In case you read this
Ever since we started working on mathblogging.org I have been reading far too many math blogs. At the beginning of the year many bloggers (of course, also in the scienceblogging community) have analyzed their page data and discussed trends and interests to readers. This made me think whether I should invest time in some technology to gather such data. Thankfully, I do not have to do this from a technical point of view since my webspace is provided for free thanks to a generous supporter. But somehow I do not feel inclined to do it anyways. It’s not that I don’t want to know people read my posts (although, realistically I would expect the number be significantly lower than 10). But when weighing the invasion of privacy of my (potential) readers against my own interest in them, I am convinced that it’s not worth it, a conviction which grew stronger this week.
Last week I stumbled upon a piece on ftrain that I found amazing. Paul Ford writes about a concept he calls wwic or “Why wasn’t I consulted” and believes to be a integral property of the most successful internet projects. You should, really should, go over and read it. It made me think about why I keep this page. As you can check I have approximately zero comments and most communication I have about my posts happens in meatspace, not cyberspace. What I would love to have is, like most bloggers, a conversation about what I write. Most of the things I write are nevertheless not really designed to spawn a conversation. And that’s ok. I will nevertheless try to experiment more towards creating conversations and see how that goes.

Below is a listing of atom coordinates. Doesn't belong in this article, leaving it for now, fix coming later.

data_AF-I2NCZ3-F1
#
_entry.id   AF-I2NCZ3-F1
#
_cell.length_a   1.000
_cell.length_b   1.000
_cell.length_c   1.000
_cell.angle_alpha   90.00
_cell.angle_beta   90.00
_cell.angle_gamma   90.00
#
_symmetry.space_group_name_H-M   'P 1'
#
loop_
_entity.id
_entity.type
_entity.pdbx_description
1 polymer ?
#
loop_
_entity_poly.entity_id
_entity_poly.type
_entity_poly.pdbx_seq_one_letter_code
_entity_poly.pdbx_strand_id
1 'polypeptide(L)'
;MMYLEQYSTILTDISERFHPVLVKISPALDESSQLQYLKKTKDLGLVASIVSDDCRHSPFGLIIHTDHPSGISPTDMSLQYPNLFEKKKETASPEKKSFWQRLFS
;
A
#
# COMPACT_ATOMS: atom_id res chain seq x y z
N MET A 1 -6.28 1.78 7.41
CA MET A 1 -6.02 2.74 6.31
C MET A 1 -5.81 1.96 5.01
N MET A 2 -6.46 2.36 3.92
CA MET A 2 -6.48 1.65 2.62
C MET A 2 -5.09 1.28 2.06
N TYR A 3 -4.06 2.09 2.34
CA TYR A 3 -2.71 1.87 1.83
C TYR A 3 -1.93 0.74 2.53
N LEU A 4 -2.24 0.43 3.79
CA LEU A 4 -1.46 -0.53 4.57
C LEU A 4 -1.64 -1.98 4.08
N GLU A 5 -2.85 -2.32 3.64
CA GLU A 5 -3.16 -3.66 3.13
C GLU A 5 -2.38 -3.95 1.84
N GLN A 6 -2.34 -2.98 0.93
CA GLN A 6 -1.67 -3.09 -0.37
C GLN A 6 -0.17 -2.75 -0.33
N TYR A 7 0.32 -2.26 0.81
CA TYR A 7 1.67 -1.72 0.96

Coming back to collecting data, this goal, having a conversation, strengthens my conviction that I do not want to have the necessary technology. I want to ‘consult’ (in the wwic sense) people, find out what they think about what I write. If somebody does not want to get involved with my posts (leave a comment, link me etc) then I really have no reason to track their behaviour either — it’s just not what I am interested in. If, on the other hand, you ever read my posts and want to react, I’d be very happy if you left a comment.